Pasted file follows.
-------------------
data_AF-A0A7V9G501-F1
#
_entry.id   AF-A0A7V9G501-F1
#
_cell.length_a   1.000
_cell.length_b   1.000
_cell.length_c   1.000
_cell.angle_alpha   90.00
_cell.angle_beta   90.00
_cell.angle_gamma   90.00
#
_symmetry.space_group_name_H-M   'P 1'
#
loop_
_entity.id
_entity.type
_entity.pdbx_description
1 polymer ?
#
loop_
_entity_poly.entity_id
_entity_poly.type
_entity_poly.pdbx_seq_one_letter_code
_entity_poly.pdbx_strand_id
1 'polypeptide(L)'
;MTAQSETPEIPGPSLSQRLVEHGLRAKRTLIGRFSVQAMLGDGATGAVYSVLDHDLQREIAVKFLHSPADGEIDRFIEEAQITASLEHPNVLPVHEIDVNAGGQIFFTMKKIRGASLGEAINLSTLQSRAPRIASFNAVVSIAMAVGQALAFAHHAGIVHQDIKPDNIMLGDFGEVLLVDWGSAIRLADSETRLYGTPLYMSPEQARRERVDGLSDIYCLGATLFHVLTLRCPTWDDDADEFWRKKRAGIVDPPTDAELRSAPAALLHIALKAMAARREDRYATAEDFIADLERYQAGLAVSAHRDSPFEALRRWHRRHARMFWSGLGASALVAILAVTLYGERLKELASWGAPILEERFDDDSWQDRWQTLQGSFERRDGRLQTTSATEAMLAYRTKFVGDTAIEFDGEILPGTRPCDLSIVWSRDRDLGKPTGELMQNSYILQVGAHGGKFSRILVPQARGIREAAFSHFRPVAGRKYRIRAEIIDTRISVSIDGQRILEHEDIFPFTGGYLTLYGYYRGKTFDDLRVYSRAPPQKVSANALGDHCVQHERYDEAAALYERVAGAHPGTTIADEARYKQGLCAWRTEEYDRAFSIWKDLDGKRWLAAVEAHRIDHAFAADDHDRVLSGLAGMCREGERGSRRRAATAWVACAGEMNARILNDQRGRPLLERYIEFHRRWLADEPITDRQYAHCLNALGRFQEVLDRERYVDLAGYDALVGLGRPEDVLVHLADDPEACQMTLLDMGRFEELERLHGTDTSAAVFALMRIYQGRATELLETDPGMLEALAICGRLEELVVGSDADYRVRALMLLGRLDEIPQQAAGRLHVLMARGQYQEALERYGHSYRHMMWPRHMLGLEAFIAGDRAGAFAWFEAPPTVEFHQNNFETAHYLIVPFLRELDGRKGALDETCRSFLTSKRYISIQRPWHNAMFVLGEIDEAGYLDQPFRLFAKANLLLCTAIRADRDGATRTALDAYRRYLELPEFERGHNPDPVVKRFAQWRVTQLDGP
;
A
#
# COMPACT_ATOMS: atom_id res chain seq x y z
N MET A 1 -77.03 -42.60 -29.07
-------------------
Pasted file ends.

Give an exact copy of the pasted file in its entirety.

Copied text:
data_AF-A0A7V9G501-F1
#
_entry.id   AF-A0A7V9G501-F1
#
_cell.length_a   1.000
_cell.length_b   1.000
_cell.length_c   1.000
_cell.angle_alpha   90.00
_cell.angle_beta   90.00
_cell.angle_gamma   90.00
#
_symmetry.space_group_name_H-M   'P 1'
#
loop_
_entity.id
_entity.type
_entity.pdbx_description
1 polymer ?
#
loop_
_entity_poly.entity_id
_entity_poly.type
_entity_poly.pdbx_seq_one_letter_code
_entity_poly.pdbx_strand_id
1 'polypeptide(L)'
;MTAQSETPEIPGPSLSQRLVEHGLRAKRTLIGRFSVQAMLGDGATGAVYSVLDHDLQREIAVKFLHSPADGEIDRFIEEAQITASLEHPNVLPVHEIDVNAGGQIFFTMKKIRGASLGEAINLSTLQSRAPRIASFNAVVSIAMAVGQALAFAHHAGIVHQDIKPDNIMLGDFGEVLLVDWGSAIRLADSETRLYGTPLYMSPEQARRERVDGLSDIYCLGATLFHVLTLRCPTWDDDADEFWRKKRAGIVDPPTDAELRSAPAALLHIALKAMAARREDRYATAEDFIADLERYQAGLAVSAHRDSPFEALRRWHRRHARMFWSGLGASALVAILAVTLYGERLKELASWGAPILEERFDDDSWQDRWQTLQGSFERRDGRLQTTSATEAMLAYRTKFVGDTAIEFDGEILPGTRPCDLSIVWSRDRDLGKPTGELMQNSYILQVGAHGGKFSRILVPQARGIREAAFSHFRPVAGRKYRIRAEIIDTRISVSIDGQRILEHEDIFPFTGGYLTLYGYYRGKTFDDLRVYSRAPPQKVSANALGDHCVQHERYDEAAALYERVAGAHPGTTIADEARYKQGLCAWRTEEYDRAFSIWKDLDGKRWLAAVEAHRIDHAFAADDHDRVLSGLAGMCREGERGSRRRAATAWVACAGEMNARILNDQRGRPLLERYIEFHRRWLADEPITDRQYAHCLNALGRFQEVLDRERYVDLAGYDALVGLGRPEDVLVHLADDPEACQMTLLDMGRFEELERLHGTDTSAAVFALMRIYQGRATELLETDPGMLEALAICGRLEELVVGSDADYRVRALMLLGRLDEIPQQAAGRLHVLMARGQYQEALERYGHSYRHMMWPRHMLGLEAFIAGDRAGAFAWFEAPPTVEFHQNNFETAHYLIVPFLRELDGRKGALDETCRSFLTSKRYISIQRPWHNAMFVLGEIDEAGYLDQPFRLFAKANLLLCTAIRADRDGATRTALDAYRRYLELPEFERGHNPDPVVKRFAQWRVTQLDGP
;
A
#
# COMPACT_ATOMS: atom_id res chain seq x y z
N MET A 1 -77.03 -42.60 -29.07